1949 Irish 1 shilling airmail stamp

An airmail stamp is a postage stamp intended to pay either an airmail fee that is charged in addition to the surface rate, or the full airmail rate, for an item of mail to be transported by air.[1]

Airmail stamps should not be confused with airmail etiquettes, which are affixed to mail as an instruction to the postal authority that the mail should be transmitted by air.



1877 Buffalo label affixed to balloon cover

With aviation developments, several countries started to experiment with flights, and postal authorities considered flying the mails. Initially flights were unofficial, but some flights such as the 1877 Buffalo balloon flight,[2] carried mail, to which stamp-like labels were affixed. At the beginning airmail letters cost more than surface mail.

Both airmail stamps and stamps surcharged for airmail were issued, though some countries restricted the use of airmail stamps only to letters sent by airmail, while others allowed them to be used for other mail services.[3]

1935 First flight cover from New Zealand to England with three denominations of airmail stamps paying the 2 shilling and 4 pence rate

The first stamp depicting an aeroplane was a US 20-cent parcel post stamp issued on 1 January 1913 but not intended for airmail duty: the set of 12 showed transportation and delivery methods.[4] Four years later an airmail stamp was issued in Italy. Several of the early ones were produced by surcharging other stamps with overprints; at first in 1917, Italy used express stamps; regular stamps were used by Austria in 1918, Sweden used official stamps in 1920.[3] Some other examples are the use of fiscal stamps, telegraph stamps, postage due stamps, and parcel stamps by other countries.[3] Airmail stamps have been issued for extra services, such as registered airmail, express airmail, airmail fieldpost, and even with welfare surcharges.[3]

A new branch of collecting

In the 1920s and 1930s, when many countries issued airmail stamps to publicise their new airmail routes, a new branch of stamp collecting started. This led to an expansion that includes the collection of covers, and other postal items carried by aircraft.[5] Airmail items from the early days are expensive due to the popularity of this collecting area.[6] Specialised catalogues and albums are produced for collectors of airmail stamps and other aerophilatelic items.[7] Many airmail stamps feature aviation themes[1] that are an area of topical stamp collecting.[8]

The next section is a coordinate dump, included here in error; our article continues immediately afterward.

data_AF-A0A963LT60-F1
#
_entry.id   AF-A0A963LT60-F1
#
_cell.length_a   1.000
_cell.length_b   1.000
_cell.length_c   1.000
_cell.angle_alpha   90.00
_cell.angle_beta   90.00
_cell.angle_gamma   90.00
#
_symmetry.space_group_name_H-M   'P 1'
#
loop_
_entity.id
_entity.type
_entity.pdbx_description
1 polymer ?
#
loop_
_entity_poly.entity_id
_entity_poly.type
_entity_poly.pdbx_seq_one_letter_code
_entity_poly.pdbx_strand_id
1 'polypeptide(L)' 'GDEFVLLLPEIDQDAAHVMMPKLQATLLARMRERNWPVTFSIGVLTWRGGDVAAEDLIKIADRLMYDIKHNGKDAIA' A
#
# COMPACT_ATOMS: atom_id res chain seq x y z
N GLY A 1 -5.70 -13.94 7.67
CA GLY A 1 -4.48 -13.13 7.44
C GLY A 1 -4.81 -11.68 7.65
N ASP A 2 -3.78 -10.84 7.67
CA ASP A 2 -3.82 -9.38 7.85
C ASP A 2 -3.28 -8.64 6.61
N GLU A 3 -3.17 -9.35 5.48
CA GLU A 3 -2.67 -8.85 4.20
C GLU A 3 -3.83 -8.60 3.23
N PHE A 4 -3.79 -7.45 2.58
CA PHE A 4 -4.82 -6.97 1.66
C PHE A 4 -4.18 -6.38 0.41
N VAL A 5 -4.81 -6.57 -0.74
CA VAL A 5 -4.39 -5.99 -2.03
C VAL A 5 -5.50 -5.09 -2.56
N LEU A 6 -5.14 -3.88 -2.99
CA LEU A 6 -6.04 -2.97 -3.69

Airmail stamp

First airmail stamps

The first postage stamp issued for an airmail flight, by Poste italiane in May 1917
1918 US Inverted Jenny airmail stamp

The first postage stamp to be issued for an airmail flight was in May 1917 when Poste italiane overprinted their existing special delivery stamps.[9] The following year, the United States Post Office Department issued the first airmail stamp specifically issued for the purpose;[10] while it does not have "airmail" or "air post" printed on it, it illustrates a Curtiss JN-4 airplane.[9] One pane of 100 stamps were found to have an invert error, known as the Inverted Jenny, because the airplane image in the centre is inverted relative to the outer frame.[11] The error is one of the most well known airmail stamps.[10] Several countries, such as Germany, Finland, Russia and the United States, issued special airmail stamps, or overprinted stamps, for the Zeppelin flights that took place in the late 1920s and early 1930s.[12]

Local airmail stamp issues

Semi-official airmail stamps are not issued by the postal authority but have official sanction[13] and are sometimes used for local posts, they are more accurately referred to a labels rather than stamps.[14] For example, as noted above the privately produced 5¢ Buffalo balloon stamps were used on June 18, 1877, for a balloon flight from Nashville to Gallatin, Tennessee.[2] The Vin Fiz Flyer, an early airplane, also carried semi-official stamps on its 1911 flight across the United States.[15]

See also

References and sources


  1. ^ a b Miller, Rick. "Have airmail stamps fallen victim to success?". Linn's Stamp News. Retrieved 2009-05-02.
  2. ^ a b Lynch, Maureen & Chris (2006-05-18). "Arago: Air Post Semi-Official Issues". National Postal Museum. Retrieved 2009-05-02.
  3. ^ a b c d Hornung (1970), pps. 94–95
  4. ^ Berkun, Alan (14 April 2006). "20-cent Airplane". Arago. National Postal Museum. Retrieved 3 March 2016.
  5. ^ Williams, Leon Norman (1990). Fundamentals of philately, Rev ed. State College, PA: American Philatelic Society. p. 15. ISBN 0-933580-13-4.
  6. ^ Hornung (1970), pp. 258
  7. ^ Hornung (1970), pp. 262
  8. ^ Solarz, Sanford (2008-09-18). "Scanning the Horizons:Collecting Aircraft on Stamps". American Air Mail Society. Archived from the original on 2009-09-07. Retrieved 2009-06-04.
  9. ^ a b Baadke, Michael. "Airmail collecting can take you anywhere". Linn's Stamp News. Retrieved 2009-05-02.
  10. ^ a b "Fad to Fundamental: Airmail in America: U.S. Airmail Stamps". National Postal Museum. Archived from the original on 26 April 2009. Retrieved 2009-05-02.
  11. ^ "Fad to Fundamental: Airmail in America: Inverted Jenny". National Postal Museum. Retrieved 2009-05-02.
  12. ^ Mackay, James (1971). Airmails: 1870–1970. London: B.T. Btaford. pp. 147–148. ISBN 0713403802.
  13. ^ "Arago Glossary". National Postal Museum. Archived from the original on 30 April 2009. Retrieved 2009-05-02.
  14. ^ Miller, Rick. "Another world: semiofficial airmail stamps". Linn's Stamp News. Retrieved 2016-01-30.
  15. ^ The Vin Fiz Flyer Semi-official Air Post Stamp


Further reading